Israel’s baseball team all-in, on and off field

Olympic-bound squad kicks off week-long trip with visit to President Rivlin, visit to hospital

MEMBERS OF Israel’s Olympic-bound national baseball team visit with patients at the Sheba Medical Center at Tel HaShomer yesterday (photo credit: MARGO SUGARMAN)
MEMBERS OF Israel’s Olympic-bound national baseball team visit with patients at the Sheba Medical Center at Tel HaShomer yesterday
(photo credit: MARGO SUGARMAN)
“There is baseball in Israel”
With these dramatic words, Team Israel general manager Peter Kurz opened his remarks at Monday’s press conference at the Olympic Committee of Israel’s Hadar Yosef headquarters, where a crowded room of grilled  the team’s players and staff, trying to gain insight regarding Israel's chances in Tokyo this summer.
OCI Executive Director Gili Lustig gave context to the enormity of Israel’s achievement thus far, noting that the blue-and-white baseball squad will be Israel's first to team compete in a "ball sport" in 44 years (since Israel’s soccer team at the 1976 Games). This following a grueling process that will see only six teams from around the world in the Olympic baseball tournament. By comparison, other popular sports, such as soccer and volleyball will have 12 teams vying for medals in Tokyo, and the basketball competition will have 16.
As Daniel Oren, in charge of competitive sports in Israel, pointed out, this baseball team mathematically has a 50% chance of bringing home Israel's 10th ever Olympic medal.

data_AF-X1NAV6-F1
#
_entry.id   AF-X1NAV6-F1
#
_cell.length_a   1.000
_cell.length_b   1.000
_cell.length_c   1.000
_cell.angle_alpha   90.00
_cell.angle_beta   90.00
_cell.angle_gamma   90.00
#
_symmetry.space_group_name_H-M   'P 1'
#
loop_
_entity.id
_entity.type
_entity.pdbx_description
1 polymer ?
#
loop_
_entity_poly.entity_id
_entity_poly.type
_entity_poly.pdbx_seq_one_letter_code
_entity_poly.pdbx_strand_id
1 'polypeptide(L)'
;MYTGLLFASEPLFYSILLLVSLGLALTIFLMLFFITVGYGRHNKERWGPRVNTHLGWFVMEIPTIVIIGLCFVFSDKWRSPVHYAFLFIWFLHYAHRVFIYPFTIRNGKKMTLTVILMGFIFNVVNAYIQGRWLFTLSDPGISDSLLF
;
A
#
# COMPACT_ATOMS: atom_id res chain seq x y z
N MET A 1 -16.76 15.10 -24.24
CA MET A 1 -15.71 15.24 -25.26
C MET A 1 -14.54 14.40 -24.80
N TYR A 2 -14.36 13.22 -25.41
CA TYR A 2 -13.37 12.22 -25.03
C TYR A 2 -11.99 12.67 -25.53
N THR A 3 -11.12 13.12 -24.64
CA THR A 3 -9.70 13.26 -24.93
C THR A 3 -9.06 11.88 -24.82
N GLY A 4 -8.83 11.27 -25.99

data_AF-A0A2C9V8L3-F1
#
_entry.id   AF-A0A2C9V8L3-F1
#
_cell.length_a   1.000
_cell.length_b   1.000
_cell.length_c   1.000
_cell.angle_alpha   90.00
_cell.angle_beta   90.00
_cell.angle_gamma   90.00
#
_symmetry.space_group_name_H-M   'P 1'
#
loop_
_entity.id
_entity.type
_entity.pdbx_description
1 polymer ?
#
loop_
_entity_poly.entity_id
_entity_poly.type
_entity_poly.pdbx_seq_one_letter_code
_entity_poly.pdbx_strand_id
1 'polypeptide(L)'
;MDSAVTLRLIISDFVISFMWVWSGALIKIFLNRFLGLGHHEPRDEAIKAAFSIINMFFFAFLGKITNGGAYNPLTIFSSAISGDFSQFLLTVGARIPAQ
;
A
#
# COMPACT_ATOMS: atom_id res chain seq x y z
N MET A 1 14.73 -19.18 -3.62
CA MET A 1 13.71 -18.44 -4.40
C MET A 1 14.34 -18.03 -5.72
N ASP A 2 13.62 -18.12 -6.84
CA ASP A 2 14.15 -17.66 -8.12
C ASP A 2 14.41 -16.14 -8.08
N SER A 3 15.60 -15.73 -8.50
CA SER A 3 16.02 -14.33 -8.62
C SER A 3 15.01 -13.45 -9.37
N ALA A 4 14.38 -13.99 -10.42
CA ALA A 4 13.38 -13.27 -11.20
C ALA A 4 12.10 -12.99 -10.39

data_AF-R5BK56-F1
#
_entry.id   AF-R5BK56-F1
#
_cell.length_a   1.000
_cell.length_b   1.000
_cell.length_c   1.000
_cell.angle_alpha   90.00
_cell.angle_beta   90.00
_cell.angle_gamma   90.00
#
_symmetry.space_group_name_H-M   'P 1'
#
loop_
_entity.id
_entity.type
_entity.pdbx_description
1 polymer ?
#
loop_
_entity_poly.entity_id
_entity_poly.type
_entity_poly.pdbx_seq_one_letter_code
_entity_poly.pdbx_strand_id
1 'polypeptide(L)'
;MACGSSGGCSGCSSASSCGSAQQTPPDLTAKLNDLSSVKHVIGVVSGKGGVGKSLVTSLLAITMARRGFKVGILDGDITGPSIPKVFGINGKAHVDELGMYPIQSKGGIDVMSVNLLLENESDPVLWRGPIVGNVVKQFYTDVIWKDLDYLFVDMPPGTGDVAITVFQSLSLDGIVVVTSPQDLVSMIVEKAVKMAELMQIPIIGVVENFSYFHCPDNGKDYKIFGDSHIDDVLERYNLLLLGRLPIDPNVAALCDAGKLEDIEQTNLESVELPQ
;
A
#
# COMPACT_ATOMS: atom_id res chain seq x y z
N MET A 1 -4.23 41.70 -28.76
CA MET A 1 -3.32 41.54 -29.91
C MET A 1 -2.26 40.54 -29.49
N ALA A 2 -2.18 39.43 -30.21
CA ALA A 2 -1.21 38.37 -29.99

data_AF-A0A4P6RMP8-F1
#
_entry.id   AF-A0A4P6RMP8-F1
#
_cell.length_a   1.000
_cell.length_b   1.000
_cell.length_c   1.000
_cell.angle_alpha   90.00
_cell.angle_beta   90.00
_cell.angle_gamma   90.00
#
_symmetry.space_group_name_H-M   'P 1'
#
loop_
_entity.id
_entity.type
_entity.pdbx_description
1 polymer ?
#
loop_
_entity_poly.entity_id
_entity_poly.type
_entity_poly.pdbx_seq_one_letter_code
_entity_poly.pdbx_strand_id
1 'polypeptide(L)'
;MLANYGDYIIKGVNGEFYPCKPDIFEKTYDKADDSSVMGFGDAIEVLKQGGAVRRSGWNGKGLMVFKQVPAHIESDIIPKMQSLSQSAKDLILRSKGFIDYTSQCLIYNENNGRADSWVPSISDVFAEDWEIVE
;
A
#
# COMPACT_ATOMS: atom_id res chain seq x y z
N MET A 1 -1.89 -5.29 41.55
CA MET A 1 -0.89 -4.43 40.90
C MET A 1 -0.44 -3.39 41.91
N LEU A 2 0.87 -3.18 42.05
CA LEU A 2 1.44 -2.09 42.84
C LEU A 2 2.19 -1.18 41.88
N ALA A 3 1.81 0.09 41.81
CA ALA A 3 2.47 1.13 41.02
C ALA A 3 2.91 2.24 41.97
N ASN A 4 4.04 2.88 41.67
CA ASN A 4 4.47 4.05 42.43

But baseball is played on a field, not on paper, and Israel’s manager, Eric Holtz, took on the tough question by reminding everyone how Israel got to where it is today: by playing the games one pitch, one at-bat and one inning at a time.
Holtz’s dream is to see Israel not only succeed in Japan, but to use its hard-fought achievements to grow the sport in Israel and within a few years double the current number of participants (around 1,000 in age groups from 6-50).
Kurz noted that with the help of the JNF, construction of a major field in Beit Shemesh is now well under way and Ra’anana will soon follow suit.
The Olympic-bound squad had assembled on Sunday in Jerusalem to receive President Reuven Rivlin's blessing, and later heard inspiring words from Team Israel supporter Sylvan Adams, who implored them to follow his lead in using sports to promote Israel's image abroad.
Yet before they travel abroad, the players took time off from their hectic week of youth clinics and sightseeing to focus on less fortunate members of society, visiting with patients of Sheba Medical Center at Tel HaShomer on Monday morning. The team brought encouragement to patients like Ephraim Rimmel, whose family was tragically killed in a road accident, as well as an IDF soldier facing a difficult rehab, and shared tender moments with sick children at the hospital.
So while there is plenty to be proud of with respect to Team Israel’s accomplishments on the field, there is also lots of pride to be had with their off-field behavior.

Note: Due to the recent rains, Team Israel's Wednesday evening event, scheduled to be at the Baptist Village has be relocated to Ra’anana's Metro West Stadium. Fans will also have an opportunity to see the blue-and-white practice at Tel Aviv's Sportek on Tuesday from 2-4 p.m. and on Friday from 10 am to noon.